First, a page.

The National Consumer Credit Protection Amendment (Home Loan and
Credit Cards) Bill 2011 (the Bill) was passed by
the Australian Parliament on 4 July 2011 and is awaiting assent.
The Bill amends the National Consumer Credit Protection Act 2009
(NCCP Act) which changes will affect all lenders
who provide standard home loans and credit card contracts.
Credit Card contracts
Key changes provided in the Bill are:
making it mandatory for lenders to include, in credit card
application forms, a Key Facts Sheet that
contains key up-to-date information prescribed by regulations such
as information about the annual percentage rate and other terms
which apply to any resulting contact;
prohibiting lenders from making unsolicited invitations that
encourage consumers to increase their credit limits (except where
the consumer has consented to receive such offers and the consent
has not been withdrawn) – consent can be withdrawn by the
consumer at any time and records of consents and withdrawals must
be kept by the lender;
requiring lenders to notify a consumer if a credit card is used
in excess of its credit limit, and restricts the charging of fees
or higher interest (except where the consumer has consented to the
charging of such fees or higher interest and the consent has not
been withdrawn) where the credit card is used to obtain credit in
excess of the credit limit for the credit card contract –
consent can be withdrawn by the consumer at any time and records of
consents and withdrawals must be kept by the lender;
requiring lenders to allocate repayments by the borrower to
that part of the balance of their credit card on which they are
charged the highest interest rate (subject to the consumer
specifically requesting to have a different payment arrangement and
the request has not been withdrawn) – consumer may
withdraw the request at any time.
A credit card is defined as a card of a kind commonly know as a
credit card, a card of a kind that persons carrying on business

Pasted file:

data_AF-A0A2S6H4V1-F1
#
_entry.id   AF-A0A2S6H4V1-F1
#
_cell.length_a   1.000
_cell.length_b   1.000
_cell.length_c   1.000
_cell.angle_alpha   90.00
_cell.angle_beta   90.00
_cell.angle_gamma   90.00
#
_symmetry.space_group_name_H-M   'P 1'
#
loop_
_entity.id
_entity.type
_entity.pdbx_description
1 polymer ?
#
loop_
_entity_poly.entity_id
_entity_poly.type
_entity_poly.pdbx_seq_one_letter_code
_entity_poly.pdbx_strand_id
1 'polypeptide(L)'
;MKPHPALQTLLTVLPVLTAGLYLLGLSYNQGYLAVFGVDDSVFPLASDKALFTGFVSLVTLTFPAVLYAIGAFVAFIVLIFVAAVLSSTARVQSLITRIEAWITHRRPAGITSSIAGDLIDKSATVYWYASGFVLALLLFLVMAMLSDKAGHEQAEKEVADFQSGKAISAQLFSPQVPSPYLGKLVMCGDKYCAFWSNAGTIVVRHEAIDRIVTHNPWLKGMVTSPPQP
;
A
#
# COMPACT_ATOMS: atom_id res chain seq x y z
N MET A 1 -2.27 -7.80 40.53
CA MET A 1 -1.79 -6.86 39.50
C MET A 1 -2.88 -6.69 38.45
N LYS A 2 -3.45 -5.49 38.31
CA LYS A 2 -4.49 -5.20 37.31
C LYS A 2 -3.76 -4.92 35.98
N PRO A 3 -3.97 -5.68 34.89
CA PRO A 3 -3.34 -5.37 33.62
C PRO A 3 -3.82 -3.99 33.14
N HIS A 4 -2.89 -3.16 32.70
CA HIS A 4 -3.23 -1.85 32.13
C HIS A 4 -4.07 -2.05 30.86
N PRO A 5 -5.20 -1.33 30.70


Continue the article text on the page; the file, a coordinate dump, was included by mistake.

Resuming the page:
commonly issued to their customers for use in obtaining goods or
services from those persons on credit or anything else that may be
used as a card as such (this may include devices that are not like
the traditional plastic credit cards).
Transitional provisions provide that lenders can seek and obtain
consents from consumers to receive credit limit increase
invitations prior to 1 July 2012 so the lenders can rely on the
consents for the purpose of making an unsolicited credit limit
offers after 1 July 2012.
Standard Home Loans
The Bill introduces a requirement for lenders to display on
their website (if they have a website that allows the consumer to
apply for, or make an inquiry about a standard home loan), and make
available on request or in circumstances prescribed by regulations
(whether or not the lenders have a website), a Key
Facts Sheet about the standard home loan products
The lender's website must provide instructions on how to
generate a Key Facts Sheet and allow consumers to generate an
up-to-date Key Facts Sheet that can be printed. The Key Facts Sheet
sets out, in a standardised format, pricing and other information,
as prescribed by regulations, about their products to allow
consumers to readily compare different standard home loans,
especially in respect to their cost.
A standard home loan is defined as a standard form of credit
contract under which the lender provides credit either to pruchase
residential property or to refinance credit that has been provided
predominantly to purchase residential property, including for
Consequence of Breaches
Contravention of various provisions of the Bill attract civil
and criminal penalties. Some offences attract strict liability
penalties. Civil penalties may be imposed up to 2,000 penalty
units ($1.1 million for companies).
Changes provided by the Bill are to commence on 1 Jul 2012 for
credit card contracts and 1 January 2012 for standard home
The content of this article is intended to provide a general
guide to the subject matter. Specialist advice should be sought
about your specific circumstances.
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